Doppler coefficient

The Doppler coefficient represents that reactivity is decreased by an increase in neutron resonance absorption (mainly by 238U and 240Pu) resulting from power and then fuel temperature rises. A reactivity variation to a 1 % power rise is referred to as the Doppler power coefficient, and a reactivity variation to a 1 ° C fuel temperature rise is referred to as the Doppler temperature coefficient. As units of reactivity change, pcm and %Ak/k are used where 1 pcm = 10—5Ak/k and 1 % Ak/k = 10—2Ak/k. The former unit is mainly used for a relatively small reactivity change such as with reactivity coefficients and the latter is used for a relatively large reactivity change. Production of 240Pu as burnup proceeds makes the Dopp­ler temperature coefficient more negative, while the fuel temperature incre­ment by the power rise becomes smaller. Therefore, the Doppler power coefficient becomes slightly less negative as burnup increases. Typical Doppler power coefficient as a function of power is shown in Fig. 3.37.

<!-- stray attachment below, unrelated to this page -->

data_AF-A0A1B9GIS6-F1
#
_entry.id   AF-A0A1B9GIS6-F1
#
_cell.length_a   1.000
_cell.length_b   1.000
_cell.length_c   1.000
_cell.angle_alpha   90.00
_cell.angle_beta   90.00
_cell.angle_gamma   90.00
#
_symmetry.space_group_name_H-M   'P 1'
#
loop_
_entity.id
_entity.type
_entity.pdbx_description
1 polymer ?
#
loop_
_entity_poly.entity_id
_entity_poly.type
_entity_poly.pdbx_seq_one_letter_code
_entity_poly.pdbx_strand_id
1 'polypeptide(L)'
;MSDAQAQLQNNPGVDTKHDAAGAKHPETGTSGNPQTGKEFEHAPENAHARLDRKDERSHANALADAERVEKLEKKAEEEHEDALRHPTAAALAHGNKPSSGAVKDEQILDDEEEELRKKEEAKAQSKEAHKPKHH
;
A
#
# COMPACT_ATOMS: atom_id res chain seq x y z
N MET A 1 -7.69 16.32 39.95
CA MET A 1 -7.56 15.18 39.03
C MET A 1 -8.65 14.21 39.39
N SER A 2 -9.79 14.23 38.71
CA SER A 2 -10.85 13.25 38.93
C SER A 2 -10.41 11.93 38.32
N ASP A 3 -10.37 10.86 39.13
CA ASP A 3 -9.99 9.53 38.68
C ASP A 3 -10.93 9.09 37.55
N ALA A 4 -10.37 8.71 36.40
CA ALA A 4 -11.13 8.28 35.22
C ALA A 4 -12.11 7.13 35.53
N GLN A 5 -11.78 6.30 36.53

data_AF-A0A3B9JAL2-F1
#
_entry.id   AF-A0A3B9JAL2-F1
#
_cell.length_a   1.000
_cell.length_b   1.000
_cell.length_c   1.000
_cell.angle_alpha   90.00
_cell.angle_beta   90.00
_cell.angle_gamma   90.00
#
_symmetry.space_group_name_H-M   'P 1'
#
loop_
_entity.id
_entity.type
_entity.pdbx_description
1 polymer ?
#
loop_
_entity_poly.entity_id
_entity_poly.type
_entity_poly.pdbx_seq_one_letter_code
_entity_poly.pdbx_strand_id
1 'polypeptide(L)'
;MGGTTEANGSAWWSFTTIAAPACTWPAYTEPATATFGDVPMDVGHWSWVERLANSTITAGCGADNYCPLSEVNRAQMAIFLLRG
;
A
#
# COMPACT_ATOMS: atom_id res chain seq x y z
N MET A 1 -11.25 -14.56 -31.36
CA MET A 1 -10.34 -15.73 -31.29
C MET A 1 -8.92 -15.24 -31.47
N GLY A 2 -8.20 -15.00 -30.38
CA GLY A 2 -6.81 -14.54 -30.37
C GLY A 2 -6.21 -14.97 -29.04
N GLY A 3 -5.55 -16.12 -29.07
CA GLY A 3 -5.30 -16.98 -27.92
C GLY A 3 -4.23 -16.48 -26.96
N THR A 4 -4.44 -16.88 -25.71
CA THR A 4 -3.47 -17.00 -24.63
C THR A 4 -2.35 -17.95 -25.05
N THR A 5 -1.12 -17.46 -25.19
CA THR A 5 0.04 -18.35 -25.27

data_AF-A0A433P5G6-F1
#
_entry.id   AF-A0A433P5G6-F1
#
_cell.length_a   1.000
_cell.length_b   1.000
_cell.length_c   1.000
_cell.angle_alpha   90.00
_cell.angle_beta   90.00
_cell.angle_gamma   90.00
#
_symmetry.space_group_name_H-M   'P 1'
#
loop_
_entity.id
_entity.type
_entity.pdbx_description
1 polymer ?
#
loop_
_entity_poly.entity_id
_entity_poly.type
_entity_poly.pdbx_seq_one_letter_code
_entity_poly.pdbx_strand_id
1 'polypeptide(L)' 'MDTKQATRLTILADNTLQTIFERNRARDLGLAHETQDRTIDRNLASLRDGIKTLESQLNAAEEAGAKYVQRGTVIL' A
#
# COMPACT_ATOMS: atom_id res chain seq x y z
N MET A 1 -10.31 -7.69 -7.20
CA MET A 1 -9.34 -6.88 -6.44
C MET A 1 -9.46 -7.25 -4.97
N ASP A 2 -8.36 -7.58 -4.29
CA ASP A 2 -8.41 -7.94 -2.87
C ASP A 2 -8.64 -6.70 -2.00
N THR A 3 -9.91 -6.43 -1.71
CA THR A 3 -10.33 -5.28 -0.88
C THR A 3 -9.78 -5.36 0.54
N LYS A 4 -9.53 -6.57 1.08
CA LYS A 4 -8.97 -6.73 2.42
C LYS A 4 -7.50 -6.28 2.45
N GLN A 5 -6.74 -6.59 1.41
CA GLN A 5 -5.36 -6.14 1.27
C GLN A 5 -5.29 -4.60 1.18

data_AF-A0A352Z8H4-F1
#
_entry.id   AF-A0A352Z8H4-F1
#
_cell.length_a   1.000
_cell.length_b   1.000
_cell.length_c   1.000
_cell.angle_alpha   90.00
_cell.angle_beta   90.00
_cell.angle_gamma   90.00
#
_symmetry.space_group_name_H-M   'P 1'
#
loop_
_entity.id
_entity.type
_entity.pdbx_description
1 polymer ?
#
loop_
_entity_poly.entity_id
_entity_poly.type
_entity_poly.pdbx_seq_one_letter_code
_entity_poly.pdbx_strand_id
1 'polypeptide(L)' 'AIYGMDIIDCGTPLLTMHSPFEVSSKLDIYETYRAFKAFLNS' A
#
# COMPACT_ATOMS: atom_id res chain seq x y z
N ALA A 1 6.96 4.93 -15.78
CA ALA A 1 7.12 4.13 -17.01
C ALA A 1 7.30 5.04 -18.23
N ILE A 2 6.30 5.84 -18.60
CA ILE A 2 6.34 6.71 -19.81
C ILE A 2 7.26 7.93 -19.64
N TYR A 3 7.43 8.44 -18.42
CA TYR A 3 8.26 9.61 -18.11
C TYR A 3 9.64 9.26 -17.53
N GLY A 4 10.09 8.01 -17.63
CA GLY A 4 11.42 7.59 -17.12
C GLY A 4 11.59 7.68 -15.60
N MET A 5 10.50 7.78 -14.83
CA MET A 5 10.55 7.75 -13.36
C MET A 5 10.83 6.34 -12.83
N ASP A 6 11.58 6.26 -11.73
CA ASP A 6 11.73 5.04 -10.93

The Doppler temperature coefficient is about —3 to —5 pcm/°C. LWRs have negative Doppler coefficient and reactivity is decreased by the feed­back when power increases.